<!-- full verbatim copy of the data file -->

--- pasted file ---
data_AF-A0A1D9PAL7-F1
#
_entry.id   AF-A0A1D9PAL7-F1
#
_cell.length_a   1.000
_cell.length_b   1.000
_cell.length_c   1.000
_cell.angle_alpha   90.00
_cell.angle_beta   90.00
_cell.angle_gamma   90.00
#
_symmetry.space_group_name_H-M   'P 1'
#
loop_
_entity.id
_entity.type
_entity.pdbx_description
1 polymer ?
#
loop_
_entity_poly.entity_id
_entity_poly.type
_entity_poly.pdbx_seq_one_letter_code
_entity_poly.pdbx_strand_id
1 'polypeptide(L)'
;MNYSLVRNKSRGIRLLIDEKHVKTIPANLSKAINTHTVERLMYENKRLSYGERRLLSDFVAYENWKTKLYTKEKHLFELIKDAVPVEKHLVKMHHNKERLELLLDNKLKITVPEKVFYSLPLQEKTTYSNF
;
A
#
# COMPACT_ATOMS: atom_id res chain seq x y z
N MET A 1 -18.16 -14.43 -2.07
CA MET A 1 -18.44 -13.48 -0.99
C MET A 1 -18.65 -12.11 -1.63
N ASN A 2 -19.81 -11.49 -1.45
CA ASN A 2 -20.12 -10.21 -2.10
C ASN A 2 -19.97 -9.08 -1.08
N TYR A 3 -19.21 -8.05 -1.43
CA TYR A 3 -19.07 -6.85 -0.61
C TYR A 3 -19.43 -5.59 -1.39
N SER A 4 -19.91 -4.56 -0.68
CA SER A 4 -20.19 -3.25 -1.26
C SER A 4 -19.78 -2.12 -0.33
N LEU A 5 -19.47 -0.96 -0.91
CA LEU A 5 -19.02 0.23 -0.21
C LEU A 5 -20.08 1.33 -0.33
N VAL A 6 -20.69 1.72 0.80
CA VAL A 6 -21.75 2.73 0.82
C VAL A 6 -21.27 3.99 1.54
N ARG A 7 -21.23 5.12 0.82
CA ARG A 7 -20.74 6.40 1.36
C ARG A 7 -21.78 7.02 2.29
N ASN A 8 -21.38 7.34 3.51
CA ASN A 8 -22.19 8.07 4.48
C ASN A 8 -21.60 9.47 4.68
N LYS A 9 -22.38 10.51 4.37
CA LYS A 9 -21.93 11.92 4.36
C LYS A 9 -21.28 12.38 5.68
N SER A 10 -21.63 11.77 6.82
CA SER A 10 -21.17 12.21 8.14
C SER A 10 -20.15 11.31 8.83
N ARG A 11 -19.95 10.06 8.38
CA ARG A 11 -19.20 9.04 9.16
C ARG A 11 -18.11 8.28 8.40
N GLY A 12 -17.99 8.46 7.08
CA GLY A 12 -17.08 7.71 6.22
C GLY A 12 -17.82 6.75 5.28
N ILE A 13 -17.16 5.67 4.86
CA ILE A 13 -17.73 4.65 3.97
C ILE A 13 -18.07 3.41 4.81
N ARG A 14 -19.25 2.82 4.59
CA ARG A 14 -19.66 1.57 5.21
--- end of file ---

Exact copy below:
data_AF-A0A1D9PAL7-F1
#
_entry.id   AF-A0A1D9PAL7-F1
#
_cell.length_a   1.000
_cell.length_b   1.000
_cell.length_c   1.000
_cell.angle_alpha   90.00
_cell.angle_beta   90.00
_cell.angle_gamma   90.00
#
_symmetry.space_group_name_H-M   'P 1'
#
loop_
_entity.id
_entity.type
_entity.pdbx_description
1 polymer ?
#
loop_
_entity_poly.entity_id
_entity_poly.type
_entity_poly.pdbx_seq_one_letter_code
_entity_poly.pdbx_strand_id
1 'polypeptide(L)'
;MNYSLVRNKSRGIRLLIDEKHVKTIPANLSKAINTHTVERLMYENKRLSYGERRLLSDFVAYENWKTKLYTKEKHLFELIKDAVPVEKHLVKMHHNKERLELLLDNKLKITVPEKVFYSLPLQEKTTYSNF
;
A
#
# COMPACT_ATOMS: atom_id res chain seq x y z
N MET A 1 -18.16 -14.43 -2.07
CA MET A 1 -18.44 -13.48 -0.99
C MET A 1 -18.65 -12.11 -1.63
N ASN A 2 -19.81 -11.49 -1.45
CA ASN A 2 -20.12 -10.21 -2.10
C ASN A 2 -19.97 -9.08 -1.08
N TYR A 3 -19.21 -8.05 -1.43
CA TYR A 3 -19.07 -6.85 -0.61
C TYR A 3 -19.43 -5.59 -1.39
N SER A 4 -19.91 -4.56 -0.68
CA SER A 4 -20.19 -3.25 -1.26
C SER A 4 -19.78 -2.12 -0.33
N LEU A 5 -19.47 -0.96 -0.91
CA LEU A 5 -19.02 0.23 -0.21
C LEU A 5 -20.08 1.33 -0.33
N VAL A 6 -20.69 1.72 0.80
CA VAL A 6 -21.75 2.73 0.82
C VAL A 6 -21.27 3.99 1.54
N ARG A 7 -21.23 5.12 0.82
CA ARG A 7 -20.74 6.40 1.36
C ARG A 7 -21.78 7.02 2.29
N ASN A 8 -21.38 7.34 3.51
CA ASN A 8 -22.19 8.07 4.48
C ASN A 8 -21.60 9.47 4.68
N LYS A 9 -22.38 10.51 4.37
CA LYS A 9 -21.93 11.92 4.36
C LYS A 9 -21.28 12.38 5.68
N SER A 10 -21.63 11.77 6.82
CA SER A 10 -21.17 12.21 8.14
C SER A 10 -20.15 11.31 8.83
N ARG A 11 -19.95 10.06 8.38
CA ARG A 11 -19.20 9.04 9.16
C ARG A 11 -18.11 8.28 8.40
N GLY A 12 -17.99 8.46 7.08
CA GLY A 12 -17.08 7.71 6.22
C GLY A 12 -17.82 6.75 5.28
N ILE A 13 -17.16 5.67 4.86
CA ILE A 13 -17.73 4.65 3.97
C ILE A 13 -18.07 3.41 4.81
N ARG A 14 -19.25 2.82 4.59
CA ARG A 14 -19.66 1.57 5.21